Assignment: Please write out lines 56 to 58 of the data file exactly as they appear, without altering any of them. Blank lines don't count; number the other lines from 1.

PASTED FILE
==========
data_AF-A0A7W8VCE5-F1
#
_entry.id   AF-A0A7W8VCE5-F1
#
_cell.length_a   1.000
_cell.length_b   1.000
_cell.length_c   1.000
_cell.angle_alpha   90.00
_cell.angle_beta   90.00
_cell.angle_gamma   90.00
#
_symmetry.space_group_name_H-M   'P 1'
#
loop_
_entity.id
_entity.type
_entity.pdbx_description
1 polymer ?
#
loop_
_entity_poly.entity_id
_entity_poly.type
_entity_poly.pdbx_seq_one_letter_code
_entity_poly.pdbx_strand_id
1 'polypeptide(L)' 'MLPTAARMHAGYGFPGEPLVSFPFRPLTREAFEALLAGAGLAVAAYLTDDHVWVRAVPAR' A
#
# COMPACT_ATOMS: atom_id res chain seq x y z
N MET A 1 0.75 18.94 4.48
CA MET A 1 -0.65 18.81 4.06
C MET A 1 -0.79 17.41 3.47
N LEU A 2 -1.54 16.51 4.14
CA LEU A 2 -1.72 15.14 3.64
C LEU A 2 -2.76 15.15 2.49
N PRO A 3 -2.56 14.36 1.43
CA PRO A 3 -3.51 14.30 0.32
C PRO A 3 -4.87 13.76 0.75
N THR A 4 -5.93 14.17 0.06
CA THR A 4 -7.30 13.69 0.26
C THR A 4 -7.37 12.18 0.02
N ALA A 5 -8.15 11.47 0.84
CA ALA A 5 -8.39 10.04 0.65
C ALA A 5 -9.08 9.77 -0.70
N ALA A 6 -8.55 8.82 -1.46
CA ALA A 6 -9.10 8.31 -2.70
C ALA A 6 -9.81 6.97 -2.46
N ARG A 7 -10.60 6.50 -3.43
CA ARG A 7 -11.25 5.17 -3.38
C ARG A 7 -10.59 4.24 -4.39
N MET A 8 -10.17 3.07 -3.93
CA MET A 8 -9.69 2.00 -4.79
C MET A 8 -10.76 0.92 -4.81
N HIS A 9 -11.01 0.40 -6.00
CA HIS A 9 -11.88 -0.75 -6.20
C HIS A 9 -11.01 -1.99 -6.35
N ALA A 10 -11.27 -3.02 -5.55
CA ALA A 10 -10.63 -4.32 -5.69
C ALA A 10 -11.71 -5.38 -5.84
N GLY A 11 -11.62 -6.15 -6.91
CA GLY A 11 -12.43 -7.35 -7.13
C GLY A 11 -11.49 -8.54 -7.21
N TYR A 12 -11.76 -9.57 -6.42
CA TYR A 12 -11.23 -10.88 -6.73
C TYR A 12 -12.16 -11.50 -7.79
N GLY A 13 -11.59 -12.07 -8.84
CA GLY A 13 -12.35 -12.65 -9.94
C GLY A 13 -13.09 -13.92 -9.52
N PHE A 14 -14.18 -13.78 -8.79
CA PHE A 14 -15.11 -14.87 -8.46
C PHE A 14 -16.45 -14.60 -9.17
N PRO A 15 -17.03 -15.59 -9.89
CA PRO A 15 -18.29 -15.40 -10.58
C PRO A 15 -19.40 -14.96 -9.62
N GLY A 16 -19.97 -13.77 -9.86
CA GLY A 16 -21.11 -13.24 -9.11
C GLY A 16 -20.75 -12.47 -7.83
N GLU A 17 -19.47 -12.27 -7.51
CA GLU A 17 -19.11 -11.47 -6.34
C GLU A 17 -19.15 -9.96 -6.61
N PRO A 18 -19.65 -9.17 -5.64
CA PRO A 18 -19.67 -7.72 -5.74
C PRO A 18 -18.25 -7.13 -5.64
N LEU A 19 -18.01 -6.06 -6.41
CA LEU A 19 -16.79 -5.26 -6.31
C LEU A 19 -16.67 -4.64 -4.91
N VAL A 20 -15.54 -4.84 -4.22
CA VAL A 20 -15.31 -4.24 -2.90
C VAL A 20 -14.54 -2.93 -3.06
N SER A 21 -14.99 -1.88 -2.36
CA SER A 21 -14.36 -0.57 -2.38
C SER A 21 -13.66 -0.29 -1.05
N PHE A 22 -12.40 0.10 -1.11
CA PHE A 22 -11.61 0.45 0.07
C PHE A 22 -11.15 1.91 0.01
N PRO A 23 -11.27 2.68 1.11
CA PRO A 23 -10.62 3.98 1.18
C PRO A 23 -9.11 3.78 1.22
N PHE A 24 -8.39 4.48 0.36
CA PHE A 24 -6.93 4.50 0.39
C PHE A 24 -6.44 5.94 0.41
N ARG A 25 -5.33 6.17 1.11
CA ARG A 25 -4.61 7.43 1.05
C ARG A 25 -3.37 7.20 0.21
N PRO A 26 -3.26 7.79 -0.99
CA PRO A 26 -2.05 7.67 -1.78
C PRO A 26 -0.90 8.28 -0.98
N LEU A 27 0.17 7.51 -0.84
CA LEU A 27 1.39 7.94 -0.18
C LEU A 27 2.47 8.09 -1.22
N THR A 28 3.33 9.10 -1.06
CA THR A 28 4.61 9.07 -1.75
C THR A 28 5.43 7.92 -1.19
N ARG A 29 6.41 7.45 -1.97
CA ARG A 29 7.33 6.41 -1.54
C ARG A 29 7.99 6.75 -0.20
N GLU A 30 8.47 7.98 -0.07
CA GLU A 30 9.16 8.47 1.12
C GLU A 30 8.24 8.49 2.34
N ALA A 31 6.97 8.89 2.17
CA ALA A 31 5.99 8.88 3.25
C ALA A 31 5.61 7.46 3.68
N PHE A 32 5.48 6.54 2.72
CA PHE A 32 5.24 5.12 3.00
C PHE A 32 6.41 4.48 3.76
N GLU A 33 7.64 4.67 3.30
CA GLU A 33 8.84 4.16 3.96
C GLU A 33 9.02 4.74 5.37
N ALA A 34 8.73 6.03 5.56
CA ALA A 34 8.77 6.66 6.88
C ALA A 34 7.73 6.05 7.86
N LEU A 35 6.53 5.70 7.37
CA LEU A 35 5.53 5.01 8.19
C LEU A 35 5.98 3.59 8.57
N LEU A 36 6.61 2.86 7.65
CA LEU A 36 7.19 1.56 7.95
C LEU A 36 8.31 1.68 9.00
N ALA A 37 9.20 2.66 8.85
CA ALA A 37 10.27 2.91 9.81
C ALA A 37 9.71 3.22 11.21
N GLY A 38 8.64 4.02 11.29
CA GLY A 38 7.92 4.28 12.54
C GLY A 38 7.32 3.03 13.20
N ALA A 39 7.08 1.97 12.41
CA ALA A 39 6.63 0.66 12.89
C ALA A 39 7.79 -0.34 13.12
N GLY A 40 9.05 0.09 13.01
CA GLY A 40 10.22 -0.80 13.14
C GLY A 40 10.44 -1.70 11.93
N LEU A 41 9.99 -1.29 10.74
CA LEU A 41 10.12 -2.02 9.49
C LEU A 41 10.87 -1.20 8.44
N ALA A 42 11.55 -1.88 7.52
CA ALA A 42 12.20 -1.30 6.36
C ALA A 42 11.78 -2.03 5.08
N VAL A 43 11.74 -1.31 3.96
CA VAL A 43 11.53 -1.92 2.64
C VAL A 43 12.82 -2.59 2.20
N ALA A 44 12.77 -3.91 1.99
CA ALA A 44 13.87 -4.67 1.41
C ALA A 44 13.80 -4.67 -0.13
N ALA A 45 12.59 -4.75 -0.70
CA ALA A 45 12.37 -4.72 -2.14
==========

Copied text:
CA ALA A 10 -10.63 -4.32 -5.69
C ALA A 10 -11.71 -5.38 -5.84
N GLY A 11 -11.62 -6.15 -6.91